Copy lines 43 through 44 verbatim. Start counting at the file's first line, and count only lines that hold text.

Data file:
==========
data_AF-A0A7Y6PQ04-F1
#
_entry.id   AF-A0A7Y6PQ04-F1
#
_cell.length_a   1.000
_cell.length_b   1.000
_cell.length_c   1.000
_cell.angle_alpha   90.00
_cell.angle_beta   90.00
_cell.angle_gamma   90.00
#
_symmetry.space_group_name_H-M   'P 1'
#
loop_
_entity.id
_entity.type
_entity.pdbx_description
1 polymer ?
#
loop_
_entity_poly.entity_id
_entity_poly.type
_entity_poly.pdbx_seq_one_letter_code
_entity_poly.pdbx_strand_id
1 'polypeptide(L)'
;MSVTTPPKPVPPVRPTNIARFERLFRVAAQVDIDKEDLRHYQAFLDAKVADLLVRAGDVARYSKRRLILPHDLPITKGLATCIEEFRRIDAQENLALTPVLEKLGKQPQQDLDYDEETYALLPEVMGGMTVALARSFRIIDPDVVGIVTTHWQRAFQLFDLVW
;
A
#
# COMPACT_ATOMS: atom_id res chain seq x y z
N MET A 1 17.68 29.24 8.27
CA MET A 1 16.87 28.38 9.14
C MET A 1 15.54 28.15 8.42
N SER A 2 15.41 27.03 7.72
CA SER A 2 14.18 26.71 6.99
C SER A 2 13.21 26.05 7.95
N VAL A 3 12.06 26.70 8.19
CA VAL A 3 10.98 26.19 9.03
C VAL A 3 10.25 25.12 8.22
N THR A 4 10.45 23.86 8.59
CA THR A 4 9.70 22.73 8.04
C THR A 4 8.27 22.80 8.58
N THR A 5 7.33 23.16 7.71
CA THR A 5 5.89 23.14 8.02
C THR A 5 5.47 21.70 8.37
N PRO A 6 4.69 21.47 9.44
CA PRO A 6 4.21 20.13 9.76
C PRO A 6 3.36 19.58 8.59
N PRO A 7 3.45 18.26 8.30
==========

N THR A 5 7.33 23.16 7.71
CA THR A 5 5.89 23.14 8.02